Interest in cannabis-based medicines (CBMs) has increased in Australia, but while recent policy and legislative changes have enabled health practitioners to prescribe CBMs, many patients still struggle to access them.
The question of how to regulate medicinal cannabis has been a major source of debate in many countries and continues to divide the public health community.
A team of researchers from Griffith University, Australian National University, University of Newcastle, University of Melbourne and University of Wollongong have come together to investigate multi-stakeholder views on the use of, and access to medicinal cannabis in Australia.
Focusing on three key areas, the study looked at public and industry preferences for medicinal cannabis, possibility of having medicinal cannabis products registered with the Pharmaceutical Benefits Scheme (PBS) and clinical trials to determine the baseline effectiveness of different cannabinoids and cannabis medicines.
Lead researcher Dr Daniel Erku from Griffith University said he was primarily looking at access for advanced cancer patients for management of pain and other symptoms.
“Poor symptom control, or intolerable adverse effects from PBS-listed medicines such as opioids has led to an increased interest in medicinal cannabinoids in supportive care in cancer,” he said.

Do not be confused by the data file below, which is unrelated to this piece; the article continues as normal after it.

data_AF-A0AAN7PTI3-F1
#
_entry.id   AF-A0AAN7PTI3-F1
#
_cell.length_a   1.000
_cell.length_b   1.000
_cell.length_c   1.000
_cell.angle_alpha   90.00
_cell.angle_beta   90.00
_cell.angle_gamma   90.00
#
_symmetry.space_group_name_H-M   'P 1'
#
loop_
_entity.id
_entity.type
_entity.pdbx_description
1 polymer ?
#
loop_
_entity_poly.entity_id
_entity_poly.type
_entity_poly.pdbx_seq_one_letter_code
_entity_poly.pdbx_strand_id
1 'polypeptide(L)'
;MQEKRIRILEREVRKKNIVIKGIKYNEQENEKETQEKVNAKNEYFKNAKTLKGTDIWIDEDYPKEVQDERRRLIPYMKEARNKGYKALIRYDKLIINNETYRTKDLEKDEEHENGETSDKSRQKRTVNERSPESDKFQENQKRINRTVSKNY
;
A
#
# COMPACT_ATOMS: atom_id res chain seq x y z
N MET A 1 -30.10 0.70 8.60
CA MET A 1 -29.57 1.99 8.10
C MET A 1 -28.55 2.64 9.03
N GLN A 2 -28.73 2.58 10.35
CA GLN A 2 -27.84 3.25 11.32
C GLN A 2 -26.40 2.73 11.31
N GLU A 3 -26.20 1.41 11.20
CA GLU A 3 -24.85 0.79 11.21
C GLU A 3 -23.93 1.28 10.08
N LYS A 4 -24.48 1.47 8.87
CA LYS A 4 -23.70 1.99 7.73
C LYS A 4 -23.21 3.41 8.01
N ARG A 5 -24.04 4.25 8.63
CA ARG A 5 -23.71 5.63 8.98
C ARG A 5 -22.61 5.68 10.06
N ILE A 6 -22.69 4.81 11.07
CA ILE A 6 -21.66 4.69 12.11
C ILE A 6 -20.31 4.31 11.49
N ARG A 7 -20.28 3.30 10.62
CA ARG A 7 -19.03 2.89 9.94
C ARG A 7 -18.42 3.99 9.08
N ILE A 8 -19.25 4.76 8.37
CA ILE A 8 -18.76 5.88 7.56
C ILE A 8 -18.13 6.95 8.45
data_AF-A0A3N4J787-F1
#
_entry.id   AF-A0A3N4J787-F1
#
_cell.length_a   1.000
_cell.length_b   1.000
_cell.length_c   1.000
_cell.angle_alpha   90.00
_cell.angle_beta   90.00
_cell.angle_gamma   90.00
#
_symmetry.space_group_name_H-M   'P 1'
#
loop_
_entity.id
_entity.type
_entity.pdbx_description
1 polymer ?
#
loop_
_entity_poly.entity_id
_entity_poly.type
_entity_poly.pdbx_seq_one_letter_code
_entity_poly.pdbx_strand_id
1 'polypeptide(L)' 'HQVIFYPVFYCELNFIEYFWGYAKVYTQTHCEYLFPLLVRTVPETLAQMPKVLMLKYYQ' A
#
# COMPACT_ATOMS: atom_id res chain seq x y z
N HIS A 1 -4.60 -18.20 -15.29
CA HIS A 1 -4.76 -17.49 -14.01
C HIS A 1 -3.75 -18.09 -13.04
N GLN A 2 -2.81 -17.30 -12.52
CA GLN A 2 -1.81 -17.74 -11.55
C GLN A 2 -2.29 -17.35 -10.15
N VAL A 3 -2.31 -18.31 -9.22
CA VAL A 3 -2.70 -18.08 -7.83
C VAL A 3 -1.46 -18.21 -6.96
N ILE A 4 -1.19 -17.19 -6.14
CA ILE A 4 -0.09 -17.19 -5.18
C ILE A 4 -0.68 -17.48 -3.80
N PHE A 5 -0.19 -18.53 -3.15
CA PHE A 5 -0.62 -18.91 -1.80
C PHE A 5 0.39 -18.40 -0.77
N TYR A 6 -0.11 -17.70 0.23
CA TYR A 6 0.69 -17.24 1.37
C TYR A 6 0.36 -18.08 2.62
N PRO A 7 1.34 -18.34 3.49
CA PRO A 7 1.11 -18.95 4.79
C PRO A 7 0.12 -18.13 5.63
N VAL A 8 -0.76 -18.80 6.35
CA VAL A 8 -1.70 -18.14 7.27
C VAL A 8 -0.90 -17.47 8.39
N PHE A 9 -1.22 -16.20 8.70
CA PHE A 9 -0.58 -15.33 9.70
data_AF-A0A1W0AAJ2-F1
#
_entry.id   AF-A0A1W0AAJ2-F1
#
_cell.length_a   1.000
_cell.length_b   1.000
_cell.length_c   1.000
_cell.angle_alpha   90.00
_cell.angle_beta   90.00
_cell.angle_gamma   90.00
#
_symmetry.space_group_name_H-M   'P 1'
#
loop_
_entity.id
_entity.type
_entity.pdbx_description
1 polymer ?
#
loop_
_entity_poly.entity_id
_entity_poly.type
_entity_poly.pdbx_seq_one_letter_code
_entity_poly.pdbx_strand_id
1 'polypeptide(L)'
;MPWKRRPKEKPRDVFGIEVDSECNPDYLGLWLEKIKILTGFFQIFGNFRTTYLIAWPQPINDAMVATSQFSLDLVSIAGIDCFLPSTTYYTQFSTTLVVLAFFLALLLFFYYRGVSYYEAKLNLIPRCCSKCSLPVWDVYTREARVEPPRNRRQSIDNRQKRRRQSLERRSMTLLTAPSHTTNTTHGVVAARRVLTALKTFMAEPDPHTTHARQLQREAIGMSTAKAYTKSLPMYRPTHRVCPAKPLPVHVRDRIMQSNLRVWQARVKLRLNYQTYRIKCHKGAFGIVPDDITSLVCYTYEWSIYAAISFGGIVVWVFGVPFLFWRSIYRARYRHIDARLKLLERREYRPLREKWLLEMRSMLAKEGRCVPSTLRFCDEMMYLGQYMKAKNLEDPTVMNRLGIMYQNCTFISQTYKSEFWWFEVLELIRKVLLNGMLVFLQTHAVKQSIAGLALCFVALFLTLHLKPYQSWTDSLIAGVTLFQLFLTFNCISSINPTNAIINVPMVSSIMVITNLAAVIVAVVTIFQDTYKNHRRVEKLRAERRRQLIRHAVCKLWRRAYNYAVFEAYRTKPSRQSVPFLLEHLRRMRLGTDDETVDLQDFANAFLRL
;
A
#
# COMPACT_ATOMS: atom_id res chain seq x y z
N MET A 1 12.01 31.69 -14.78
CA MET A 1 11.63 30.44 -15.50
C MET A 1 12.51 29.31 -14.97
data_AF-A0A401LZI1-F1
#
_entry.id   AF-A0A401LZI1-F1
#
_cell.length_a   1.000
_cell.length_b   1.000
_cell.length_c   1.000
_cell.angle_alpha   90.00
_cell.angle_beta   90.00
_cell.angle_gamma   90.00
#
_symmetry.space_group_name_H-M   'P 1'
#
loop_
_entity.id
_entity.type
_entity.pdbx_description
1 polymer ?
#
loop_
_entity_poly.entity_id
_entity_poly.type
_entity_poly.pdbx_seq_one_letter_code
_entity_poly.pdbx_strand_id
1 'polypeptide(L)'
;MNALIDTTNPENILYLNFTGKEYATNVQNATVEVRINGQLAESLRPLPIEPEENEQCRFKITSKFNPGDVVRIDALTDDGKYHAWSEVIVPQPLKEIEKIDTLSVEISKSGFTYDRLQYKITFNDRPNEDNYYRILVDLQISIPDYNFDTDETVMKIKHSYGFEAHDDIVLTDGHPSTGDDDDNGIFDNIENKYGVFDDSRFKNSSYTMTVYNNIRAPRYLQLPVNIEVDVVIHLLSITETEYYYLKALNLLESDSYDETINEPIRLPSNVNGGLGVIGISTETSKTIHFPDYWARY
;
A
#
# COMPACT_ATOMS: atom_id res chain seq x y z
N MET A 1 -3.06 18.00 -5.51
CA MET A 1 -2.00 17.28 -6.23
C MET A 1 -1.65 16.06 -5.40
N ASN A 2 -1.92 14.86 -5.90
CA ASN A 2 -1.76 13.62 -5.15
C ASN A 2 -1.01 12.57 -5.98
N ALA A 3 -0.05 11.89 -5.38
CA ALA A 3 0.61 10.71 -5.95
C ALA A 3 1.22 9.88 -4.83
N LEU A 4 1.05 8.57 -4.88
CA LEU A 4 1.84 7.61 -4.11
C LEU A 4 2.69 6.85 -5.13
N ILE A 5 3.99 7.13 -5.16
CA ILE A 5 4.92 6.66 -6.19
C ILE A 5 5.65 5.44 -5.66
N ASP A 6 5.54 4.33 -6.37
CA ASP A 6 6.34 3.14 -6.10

“The use of medicinal cannabis is quite distinct because it’s usually people who have tried other medications listed on the PBS, but haven’t seen any benefit from those.
“These patients are usually nearing end of life, so there are compassionate grounds to gaining access to these products, but they are still bound by very strict and specific state and federal rules.”
Many submissions from patients or family members stated they had experienced obstacles in accessing medicinal cannabis products, pointing to various supply, regulatory, legislative, financial, and dispensing challenges that hindered timely access to medicinal cannabis products.
Some even admitted they had resorted to illicit markets (also referred to as the ‘black’, ‘grey’ or ‘green’ market) to source their medicinal cannabis products, or self-producing for personal use, while holding concerns about the legal repercussions and safety issues associated with these actions.
The stigma and prejudice associated with cannabis was also described as a challenge, with health professionals hesitant to openly discuss or prescribe medicinal cannabis products.
“While the government has made a series of reforms to the way these products are accessed, the current model is still not fit for purpose because it puts a lot of pressure on both prescribers and patients,“ Dr Erku said.
“The lack of regulatory harmonisation across states and territories, limited access to health professionals willing to prescribe cannabis medicines, inequalities relating to participation in clinical trials, and costs associated with access are all contributing to urban—rural and interstate disparity in access to prescribers and medicinal cannabis.”
“In the short term we want to see at least some approved cannabis-based medicines accessible to patients for a reasonable price.”
This research has been published in Plos One, titled “From growers to patients: Multi-stakeholder views on the use of, and access to medicinal cannabis in Australia“.